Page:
LACONIA — Six months after the state Supreme Court ruled in favor of Laconia’s ordinance banning women from going topless in public, the three activists who protested the ban have appealed their case to the U.S. Supreme Court.
Heidi Lilley of Gilford, Ginger Pierro of Canaan, and Kia Sinclair of Danbury have petitioned the nation’s highest court to declare that the Laconia ordinance violates their constitutional rights on the grounds of sexual discrimination.
The three women are part of Free the Nipple, a movement that seeks to bring attention to what it sees as the double standard that allows men to be topless in public areas, but does not allow women the same right.
In February, the state’s high court, in a 3-2 decision, found Laconia’s nudity ordinance does not discriminate against women by allowing men, but not women, to be topless in public.
The case arose from two arrests at Weirs Beach in 2016. Pierro was practicing yoga in Endicott Park without a shirt on May 28, 2016, and refused several requests from police to cover her breasts, leading to her arrest. Three days later, Sinclair and Lilley, who are involved in the Free the Nipple movement, appeared topless at the same beach in a civil disobedience effort to end gender discrimination involving women’s breasts, and in support of Pierro, according to court documents.
The women’s challenge to Laconia’s ordinance failed in local courts and eventually made it to the state Supreme Court. They argued that it was discriminatory to differentiate between the treatment of men and women based on their anatomy.
The U.S. Supreme Court typically agrees to take up just 1 percent of the cases it is asked to hear, but the divided 3-2 ruling in February might sway the nation’s highest court to take the case, said Dan Hynes, a Nashua lawyer who is working on the appeal, along with Eric Isaacson, a civil appellate lawyer in La Jolla, California.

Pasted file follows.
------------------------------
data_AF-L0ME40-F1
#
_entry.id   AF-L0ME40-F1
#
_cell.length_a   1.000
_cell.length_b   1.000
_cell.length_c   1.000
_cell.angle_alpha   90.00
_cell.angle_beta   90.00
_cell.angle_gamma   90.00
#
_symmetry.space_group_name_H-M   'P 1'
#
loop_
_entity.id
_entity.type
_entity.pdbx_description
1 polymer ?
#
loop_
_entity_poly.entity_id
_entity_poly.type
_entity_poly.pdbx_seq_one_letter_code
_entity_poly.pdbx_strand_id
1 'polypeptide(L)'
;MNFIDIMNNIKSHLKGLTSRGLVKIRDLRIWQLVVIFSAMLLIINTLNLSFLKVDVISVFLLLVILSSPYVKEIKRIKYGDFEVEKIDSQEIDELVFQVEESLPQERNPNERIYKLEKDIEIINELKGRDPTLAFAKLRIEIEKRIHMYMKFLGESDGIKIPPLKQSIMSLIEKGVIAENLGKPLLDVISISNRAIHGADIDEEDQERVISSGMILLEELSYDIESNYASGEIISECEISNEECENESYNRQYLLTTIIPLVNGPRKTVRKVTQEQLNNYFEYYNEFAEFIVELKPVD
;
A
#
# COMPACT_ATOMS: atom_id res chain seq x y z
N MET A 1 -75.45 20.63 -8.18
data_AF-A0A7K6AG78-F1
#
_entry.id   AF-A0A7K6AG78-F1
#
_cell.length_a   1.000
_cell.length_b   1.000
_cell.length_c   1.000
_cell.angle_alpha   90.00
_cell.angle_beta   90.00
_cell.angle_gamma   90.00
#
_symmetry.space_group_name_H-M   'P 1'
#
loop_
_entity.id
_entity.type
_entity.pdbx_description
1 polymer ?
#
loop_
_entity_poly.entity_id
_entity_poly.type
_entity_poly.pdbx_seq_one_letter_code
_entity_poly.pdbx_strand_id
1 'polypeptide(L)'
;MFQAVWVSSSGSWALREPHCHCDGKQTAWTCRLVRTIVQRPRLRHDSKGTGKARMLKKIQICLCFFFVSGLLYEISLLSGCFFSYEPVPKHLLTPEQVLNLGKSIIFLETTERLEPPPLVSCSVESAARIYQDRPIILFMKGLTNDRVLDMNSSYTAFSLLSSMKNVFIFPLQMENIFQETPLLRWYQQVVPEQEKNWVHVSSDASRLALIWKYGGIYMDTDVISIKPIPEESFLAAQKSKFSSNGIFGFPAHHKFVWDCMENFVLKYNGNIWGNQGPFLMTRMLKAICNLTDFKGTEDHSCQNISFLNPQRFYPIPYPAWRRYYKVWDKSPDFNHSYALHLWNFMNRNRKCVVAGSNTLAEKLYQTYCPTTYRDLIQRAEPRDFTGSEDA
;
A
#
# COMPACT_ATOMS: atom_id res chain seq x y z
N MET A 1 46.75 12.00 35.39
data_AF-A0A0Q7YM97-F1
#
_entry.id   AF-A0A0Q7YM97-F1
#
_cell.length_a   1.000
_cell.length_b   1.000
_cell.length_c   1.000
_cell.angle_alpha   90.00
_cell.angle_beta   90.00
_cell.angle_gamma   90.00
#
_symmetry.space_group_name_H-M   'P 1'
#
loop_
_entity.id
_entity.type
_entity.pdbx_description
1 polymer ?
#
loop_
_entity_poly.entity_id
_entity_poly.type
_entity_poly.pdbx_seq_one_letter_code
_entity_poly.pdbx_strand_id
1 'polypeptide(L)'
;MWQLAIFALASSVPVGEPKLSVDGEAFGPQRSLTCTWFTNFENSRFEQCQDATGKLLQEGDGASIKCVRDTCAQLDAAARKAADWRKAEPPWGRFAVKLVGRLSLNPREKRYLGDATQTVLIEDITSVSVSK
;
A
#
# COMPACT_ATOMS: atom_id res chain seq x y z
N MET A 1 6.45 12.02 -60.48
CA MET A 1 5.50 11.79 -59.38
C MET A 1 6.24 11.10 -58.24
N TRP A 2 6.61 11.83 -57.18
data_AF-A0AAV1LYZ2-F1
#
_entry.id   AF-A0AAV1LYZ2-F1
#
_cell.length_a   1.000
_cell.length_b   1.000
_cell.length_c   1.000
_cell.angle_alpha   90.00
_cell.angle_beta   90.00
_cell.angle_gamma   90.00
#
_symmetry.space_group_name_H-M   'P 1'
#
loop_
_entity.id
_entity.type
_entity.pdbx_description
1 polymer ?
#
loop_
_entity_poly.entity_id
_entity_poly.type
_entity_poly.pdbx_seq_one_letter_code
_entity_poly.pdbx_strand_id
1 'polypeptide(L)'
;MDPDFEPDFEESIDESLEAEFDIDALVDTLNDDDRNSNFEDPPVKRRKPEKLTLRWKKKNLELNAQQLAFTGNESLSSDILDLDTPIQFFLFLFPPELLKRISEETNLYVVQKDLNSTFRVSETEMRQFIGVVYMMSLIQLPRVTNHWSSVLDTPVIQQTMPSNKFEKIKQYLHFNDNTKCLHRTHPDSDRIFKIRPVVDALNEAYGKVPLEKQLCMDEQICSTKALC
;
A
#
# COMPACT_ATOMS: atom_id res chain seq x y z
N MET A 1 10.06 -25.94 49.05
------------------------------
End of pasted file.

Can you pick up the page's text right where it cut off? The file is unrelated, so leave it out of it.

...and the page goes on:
The majority in the state Supreme Court appeal found that, while the Laconia ordinance required women to cover more parts of their body than men, that is because of social conventions that associate those body parts with the procreative function. The minority, however, noted the Laconia ordinance “creates a dress code which only one gender can violate.”
The same month as the state’s high court ruled on the local case, the federal appeals court for the 10th Circuit struck down a topless ban in Fort Collins, Colorado, near Denver. In that case, the court concluded that society’s sexualization of the female breast “serves the function of keeping women in their place.”
Hynes said he expected the Supreme Court would decide in October whether it would take the case.
If the U.S. Supreme Court does not take the case, Hynes said the two other options would be to get the Legislature to pass a bill that regulates public nudity in a gender-neutral way. New Hampshire currently has no public nudity statute, leaving the matter up to individual municipalities to regulate.
Hynes said the other option would be to take the case to the U.S. District Court. If the district court ruled the Laconia ban is unconstitutional, that ruling would apply to the U.S. First Circuit which, in addition to New Hampshire, comprises Maine, Massachusetts, Rhode Island, and Puerto Rico.